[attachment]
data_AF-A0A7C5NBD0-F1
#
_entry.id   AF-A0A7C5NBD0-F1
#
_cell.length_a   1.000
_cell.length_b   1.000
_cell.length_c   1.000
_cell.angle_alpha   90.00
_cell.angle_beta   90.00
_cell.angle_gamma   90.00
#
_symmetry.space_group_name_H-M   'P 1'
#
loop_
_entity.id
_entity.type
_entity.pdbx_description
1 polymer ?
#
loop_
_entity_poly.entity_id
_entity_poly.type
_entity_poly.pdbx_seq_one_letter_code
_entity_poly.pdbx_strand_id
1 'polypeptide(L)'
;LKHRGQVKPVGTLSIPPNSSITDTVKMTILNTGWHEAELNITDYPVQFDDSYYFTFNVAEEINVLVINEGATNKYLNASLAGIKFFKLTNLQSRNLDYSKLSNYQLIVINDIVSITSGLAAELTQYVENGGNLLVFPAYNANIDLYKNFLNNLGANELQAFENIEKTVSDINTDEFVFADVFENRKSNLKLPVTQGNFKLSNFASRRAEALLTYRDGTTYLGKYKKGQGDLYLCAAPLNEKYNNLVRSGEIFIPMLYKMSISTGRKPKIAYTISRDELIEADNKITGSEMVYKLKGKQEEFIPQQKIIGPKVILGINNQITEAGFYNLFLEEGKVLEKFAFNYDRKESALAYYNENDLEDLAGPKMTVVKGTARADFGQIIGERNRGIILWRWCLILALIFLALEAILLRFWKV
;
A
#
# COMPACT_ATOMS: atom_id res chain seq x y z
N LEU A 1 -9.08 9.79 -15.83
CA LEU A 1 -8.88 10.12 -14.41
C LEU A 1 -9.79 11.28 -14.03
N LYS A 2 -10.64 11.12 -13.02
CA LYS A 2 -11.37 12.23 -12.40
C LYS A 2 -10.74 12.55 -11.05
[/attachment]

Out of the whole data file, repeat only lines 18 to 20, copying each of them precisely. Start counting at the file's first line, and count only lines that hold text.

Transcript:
1 polymer ?
#
loop_